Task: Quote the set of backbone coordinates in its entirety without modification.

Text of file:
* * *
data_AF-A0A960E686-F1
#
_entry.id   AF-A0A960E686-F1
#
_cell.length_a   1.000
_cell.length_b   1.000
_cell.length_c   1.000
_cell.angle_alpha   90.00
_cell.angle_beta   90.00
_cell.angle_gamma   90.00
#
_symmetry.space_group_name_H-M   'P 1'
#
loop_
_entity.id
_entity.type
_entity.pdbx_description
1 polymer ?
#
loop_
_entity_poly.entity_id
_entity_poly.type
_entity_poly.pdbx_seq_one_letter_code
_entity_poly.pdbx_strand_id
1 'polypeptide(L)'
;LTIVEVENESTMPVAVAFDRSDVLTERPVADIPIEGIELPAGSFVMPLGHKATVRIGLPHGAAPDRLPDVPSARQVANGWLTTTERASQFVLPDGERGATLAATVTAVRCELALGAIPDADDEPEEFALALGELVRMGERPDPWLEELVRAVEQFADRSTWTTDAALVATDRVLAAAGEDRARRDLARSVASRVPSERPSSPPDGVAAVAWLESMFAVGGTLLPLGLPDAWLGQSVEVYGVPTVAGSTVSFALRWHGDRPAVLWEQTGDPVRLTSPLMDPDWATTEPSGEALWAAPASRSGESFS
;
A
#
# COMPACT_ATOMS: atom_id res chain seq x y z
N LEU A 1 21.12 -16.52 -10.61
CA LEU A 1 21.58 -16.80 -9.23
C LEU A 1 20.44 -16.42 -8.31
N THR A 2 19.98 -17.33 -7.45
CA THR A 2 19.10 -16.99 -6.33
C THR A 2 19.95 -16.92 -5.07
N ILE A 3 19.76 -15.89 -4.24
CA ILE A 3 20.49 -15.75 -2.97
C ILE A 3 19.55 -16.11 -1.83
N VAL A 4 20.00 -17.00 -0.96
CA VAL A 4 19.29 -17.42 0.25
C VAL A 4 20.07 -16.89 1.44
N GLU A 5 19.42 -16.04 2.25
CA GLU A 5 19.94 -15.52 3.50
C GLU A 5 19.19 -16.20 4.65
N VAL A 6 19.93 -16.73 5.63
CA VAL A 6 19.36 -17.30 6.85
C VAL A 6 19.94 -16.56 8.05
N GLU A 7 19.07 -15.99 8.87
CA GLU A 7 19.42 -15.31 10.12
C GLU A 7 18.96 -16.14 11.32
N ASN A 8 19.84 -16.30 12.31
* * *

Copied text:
data_AF-A0A960E686-F1
#
_entry.id   AF-A0A960E686-F1
#
_cell.length_a   1.000
_cell.length_b   1.000
_cell.length_c   1.000
_cell.angle_alpha   90.00
_cell.angle_beta   90.00
_cell.angle_gamma   90.00
#
_symmetry.space_group_name_H-M   'P 1'
#
loop_
_entity.id
_entity.type
_entity.pdbx_description
1 polymer ?
#
loop_
_entity_poly.entity_id
_entity_poly.type
_entity_poly.pdbx_seq_one_letter_code
_entity_poly.pdbx_strand_id
1 'polypeptide(L)'
;LTIVEVENESTMPVAVAFDRSDVLTERPVADIPIEGIELPAGSFVMPLGHKATVRIGLPHGAAPDRLPDVPSARQVANGWLTTTERASQFVLPDGERGATLAATVTAVRCELALGAIPDADDEPEEFALALGELVRMGERPDPWLEELVRAVEQFADRSTWTTDAALVATDRVLAAAGEDRARRDLARSVASRVPSERPSSPPDGVAAVAWLESMFAVGGTLLPLGLPDAWLGQSVEVYGVPTVAGSTVSFALRWHGDRPAVLWEQTGDPVRLTSPLMDPDWATTEPSGEALWAAPASRSGESFS
;
A
#
# COMPACT_ATOMS: atom_id res chain seq x y z
N LEU A 1 21.12 -16.52 -10.61
CA LEU A 1 21.58 -16.80 -9.23
C LEU A 1 20.44 -16.42 -8.31
N THR A 2 19.98 -17.33 -7.45
CA THR A 2 19.10 -16.99 -6.33
C THR A 2 19.95 -16.92 -5.07
N ILE A 3 19.76 -15.89 -4.24
CA ILE A 3 20.49 -15.75 -2.97
C ILE A 3 19.55 -16.11 -1.83
N VAL A 4 20.00 -17.00 -0.96
CA VAL A 4 19.29 -17.42 0.25
C VAL A 4 20.07 -16.89 1.44
N GLU A 5 19.42 -16.04 2.25
CA GLU A 5 19.94 -15.52 3.50
C GLU A 5 19.19 -16.20 4.65
N VAL A 6 19.93 -16.73 5.63
CA VAL A 6 19.36 -17.30 6.85
C VAL A 6 19.94 -16.56 8.05
N GLU A 7 19.07 -15.99 8.87
CA GLU A 7 19.42 -15.31 10.12
C GLU A 7 18.96 -16.14 11.32
N ASN A 8 19.84 -16.30 12.31